When was the last time you picked up a book voluntarily to read for fun?
If you had to pause and sort through the file folders in your brain from years ago, then you probably won't find it hard to believe that 20-34-year-olds only read an average of seven minutes a day.
If that doesn't upset you, it's time for us to have a little talk about why reading should be as crucial to your daily routine as drinking water.
One of our responsibilities as human beings is to become aware of the world we live in. How is it possible for one to do that if they remain in the bubble they've created?
Not to mention, according to Reader's Digest, reading fiction books increases one's emotional intelligence and empathy. That means that by simply going into your local bookstore and picking up a book of your choosing that genuinely appeals to you, you improve the qualities in yourself that make you a decent human being.
The first step in becoming a positive influence in this ever-uncertain world, check.
You also probably experience stress quite often, no matter what stage of life you're in. Stress is just one of the not-so-beautiful and unavoidable things in life. If only there was a way to get rid of it…
Reading does. According to Business Insider, reading reduces stress by about 68%.
Over half of your stress can be gone, just like that, if you pick up a book and start reading.
And while there is no magical formula for increasing one's life expectancy, guess what can significantly aid in making you live longer? You guessed it. READING.
According to Harvard, reading is an activity that will help prevent the loss of brain cells and help you to develop neurological plasticity (the means for your brain to change throughout your life stages).
If the number of statistics about the benefits of reading doesn't sway you, I will share my own personal experience that you may be able to relate to.
What made me pick up a book for the first time in years was the fact that when I started college I made a habit of coming home from class, grabbing the nearest bag of chips, whipping open my Netflix account, and binging.
While it's relaxing and definitely an escape from the stresses of school, I just never feel good about myself afterward.
How can you when all you did for the past however many hours was be a mindless robot that didn't do anything constructive?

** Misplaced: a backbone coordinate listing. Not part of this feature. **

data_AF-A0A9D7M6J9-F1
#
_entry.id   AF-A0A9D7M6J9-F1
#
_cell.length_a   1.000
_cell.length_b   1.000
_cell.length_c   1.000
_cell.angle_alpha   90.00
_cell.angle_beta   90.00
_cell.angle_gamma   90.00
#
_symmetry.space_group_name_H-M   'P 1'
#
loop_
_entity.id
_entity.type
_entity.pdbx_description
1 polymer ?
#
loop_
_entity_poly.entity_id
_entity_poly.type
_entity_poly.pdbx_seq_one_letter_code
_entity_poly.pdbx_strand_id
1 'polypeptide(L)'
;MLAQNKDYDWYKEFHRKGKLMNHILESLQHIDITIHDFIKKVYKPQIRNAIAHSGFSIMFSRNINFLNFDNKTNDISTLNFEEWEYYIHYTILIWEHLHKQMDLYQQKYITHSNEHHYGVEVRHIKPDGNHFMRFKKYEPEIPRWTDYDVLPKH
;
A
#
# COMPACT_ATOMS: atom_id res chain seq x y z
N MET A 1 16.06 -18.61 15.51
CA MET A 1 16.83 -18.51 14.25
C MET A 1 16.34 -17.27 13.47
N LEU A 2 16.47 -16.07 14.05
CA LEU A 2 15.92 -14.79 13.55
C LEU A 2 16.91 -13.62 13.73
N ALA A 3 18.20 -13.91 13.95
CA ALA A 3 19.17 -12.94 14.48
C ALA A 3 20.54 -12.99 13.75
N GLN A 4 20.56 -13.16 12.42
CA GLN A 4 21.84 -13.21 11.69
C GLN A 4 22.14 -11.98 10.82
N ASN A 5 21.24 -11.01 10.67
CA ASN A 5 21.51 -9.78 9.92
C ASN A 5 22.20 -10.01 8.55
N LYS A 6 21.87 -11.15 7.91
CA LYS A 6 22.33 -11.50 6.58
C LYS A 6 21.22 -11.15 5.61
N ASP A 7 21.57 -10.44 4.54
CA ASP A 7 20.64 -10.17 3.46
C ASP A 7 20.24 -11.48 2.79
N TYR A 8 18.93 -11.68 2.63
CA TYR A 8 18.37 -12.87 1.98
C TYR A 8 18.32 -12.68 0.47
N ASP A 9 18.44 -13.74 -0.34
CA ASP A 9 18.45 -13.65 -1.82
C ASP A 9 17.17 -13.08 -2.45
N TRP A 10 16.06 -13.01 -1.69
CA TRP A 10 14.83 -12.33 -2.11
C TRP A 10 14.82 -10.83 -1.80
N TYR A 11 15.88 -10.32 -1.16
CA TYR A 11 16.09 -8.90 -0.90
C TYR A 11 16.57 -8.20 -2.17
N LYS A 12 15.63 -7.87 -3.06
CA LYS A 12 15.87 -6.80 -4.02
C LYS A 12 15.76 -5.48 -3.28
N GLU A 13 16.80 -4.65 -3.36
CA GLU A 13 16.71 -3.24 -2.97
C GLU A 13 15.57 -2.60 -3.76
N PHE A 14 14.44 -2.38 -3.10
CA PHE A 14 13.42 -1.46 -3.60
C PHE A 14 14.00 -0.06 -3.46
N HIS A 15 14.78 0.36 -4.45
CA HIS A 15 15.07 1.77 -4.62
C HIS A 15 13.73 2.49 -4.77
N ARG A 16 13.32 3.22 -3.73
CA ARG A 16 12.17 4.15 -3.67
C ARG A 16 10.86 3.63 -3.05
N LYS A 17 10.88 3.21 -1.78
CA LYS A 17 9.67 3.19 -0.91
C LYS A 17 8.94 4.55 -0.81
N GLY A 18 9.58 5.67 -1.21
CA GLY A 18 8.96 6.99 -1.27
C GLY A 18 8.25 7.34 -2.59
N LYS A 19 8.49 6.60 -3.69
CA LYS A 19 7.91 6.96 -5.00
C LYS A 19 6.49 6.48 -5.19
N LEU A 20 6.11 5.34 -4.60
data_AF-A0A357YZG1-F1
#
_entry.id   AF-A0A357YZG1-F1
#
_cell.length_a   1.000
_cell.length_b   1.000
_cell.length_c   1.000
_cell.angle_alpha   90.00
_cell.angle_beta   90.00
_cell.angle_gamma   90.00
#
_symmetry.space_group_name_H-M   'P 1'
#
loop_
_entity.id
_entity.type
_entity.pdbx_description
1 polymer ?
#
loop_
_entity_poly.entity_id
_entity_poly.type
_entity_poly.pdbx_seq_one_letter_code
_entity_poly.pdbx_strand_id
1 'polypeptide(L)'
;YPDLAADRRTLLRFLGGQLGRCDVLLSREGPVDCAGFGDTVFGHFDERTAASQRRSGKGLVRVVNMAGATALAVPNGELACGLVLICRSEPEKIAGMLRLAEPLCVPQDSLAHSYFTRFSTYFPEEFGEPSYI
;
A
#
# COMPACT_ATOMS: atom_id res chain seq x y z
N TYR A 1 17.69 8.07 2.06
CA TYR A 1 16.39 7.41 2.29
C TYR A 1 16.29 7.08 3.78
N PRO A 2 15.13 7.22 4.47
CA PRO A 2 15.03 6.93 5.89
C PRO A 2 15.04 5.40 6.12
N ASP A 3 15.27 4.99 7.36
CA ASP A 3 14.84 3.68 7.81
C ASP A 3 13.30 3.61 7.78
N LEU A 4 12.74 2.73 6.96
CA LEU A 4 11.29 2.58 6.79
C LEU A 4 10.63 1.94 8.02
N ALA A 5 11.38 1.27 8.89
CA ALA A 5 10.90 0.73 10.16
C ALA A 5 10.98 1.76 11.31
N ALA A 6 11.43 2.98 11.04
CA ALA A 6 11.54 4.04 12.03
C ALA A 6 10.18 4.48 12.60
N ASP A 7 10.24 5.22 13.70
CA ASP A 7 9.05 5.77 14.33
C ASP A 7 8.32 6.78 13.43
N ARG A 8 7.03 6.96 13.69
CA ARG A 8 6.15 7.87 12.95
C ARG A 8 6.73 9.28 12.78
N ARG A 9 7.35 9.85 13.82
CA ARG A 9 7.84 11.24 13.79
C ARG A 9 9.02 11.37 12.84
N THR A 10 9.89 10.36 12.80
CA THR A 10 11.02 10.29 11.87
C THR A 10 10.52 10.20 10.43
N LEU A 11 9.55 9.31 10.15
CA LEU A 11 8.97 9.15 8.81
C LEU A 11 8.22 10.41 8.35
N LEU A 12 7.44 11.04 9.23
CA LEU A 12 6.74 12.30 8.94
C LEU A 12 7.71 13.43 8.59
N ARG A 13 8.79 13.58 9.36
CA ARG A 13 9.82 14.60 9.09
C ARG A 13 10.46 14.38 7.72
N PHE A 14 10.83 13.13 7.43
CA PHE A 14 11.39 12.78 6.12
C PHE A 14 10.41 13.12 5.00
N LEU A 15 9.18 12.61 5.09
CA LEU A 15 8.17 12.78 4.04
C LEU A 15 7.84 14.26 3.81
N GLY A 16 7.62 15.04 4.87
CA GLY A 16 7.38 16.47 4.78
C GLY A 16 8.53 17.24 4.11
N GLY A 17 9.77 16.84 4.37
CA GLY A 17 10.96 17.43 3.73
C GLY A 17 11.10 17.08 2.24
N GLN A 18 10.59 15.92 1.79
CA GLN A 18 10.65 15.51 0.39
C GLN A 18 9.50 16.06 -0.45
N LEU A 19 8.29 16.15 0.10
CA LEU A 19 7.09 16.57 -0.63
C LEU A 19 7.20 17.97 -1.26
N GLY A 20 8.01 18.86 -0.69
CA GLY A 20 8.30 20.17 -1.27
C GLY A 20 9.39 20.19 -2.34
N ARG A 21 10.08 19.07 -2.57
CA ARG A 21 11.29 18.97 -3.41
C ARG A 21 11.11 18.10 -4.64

I was tired of feeling like I was wasting the precious time I've been given, and I began looking for an activity that was still relaxing to do but didn't make me feel like the textbook definition of lazy.
So I picked up my first book (that wasn't required for school) in years.
I was hooked.
Reading as a pastime doesn't give me the same shameful lazy feeling that I feel after hours of binge-watching. It makes me feel like my brain is stronger since it isn't staring at something mindlessly, and it makes me feel healthier and smarter.
Reading gives you the ability to use your imagination to create a world instead of someone else painting that world for you, which is something we need to encourage more in today's society. Your brain is working, but reading still acts as an escape as long as you are truly interested in the book you are reading.
By taking a chance on a book, you will broaden your horizons to worlds and thoughts you never thought you would experience.
Be the person who ceaselessly aims to increase their understanding of the world around them in order to become a positive impact in others' lives. Constantly seek out new opportunities to learn after you are no longer in school.
Society needs more people who know how to think.
Reading will not only benefit you and your health, but you will become an asset to this ever-changing, crazy world.
So go pick up a book, ANY book, and prepare to expand your mind beyond self-cares and pointless worries.
It's time to be the difference you want to see in the world.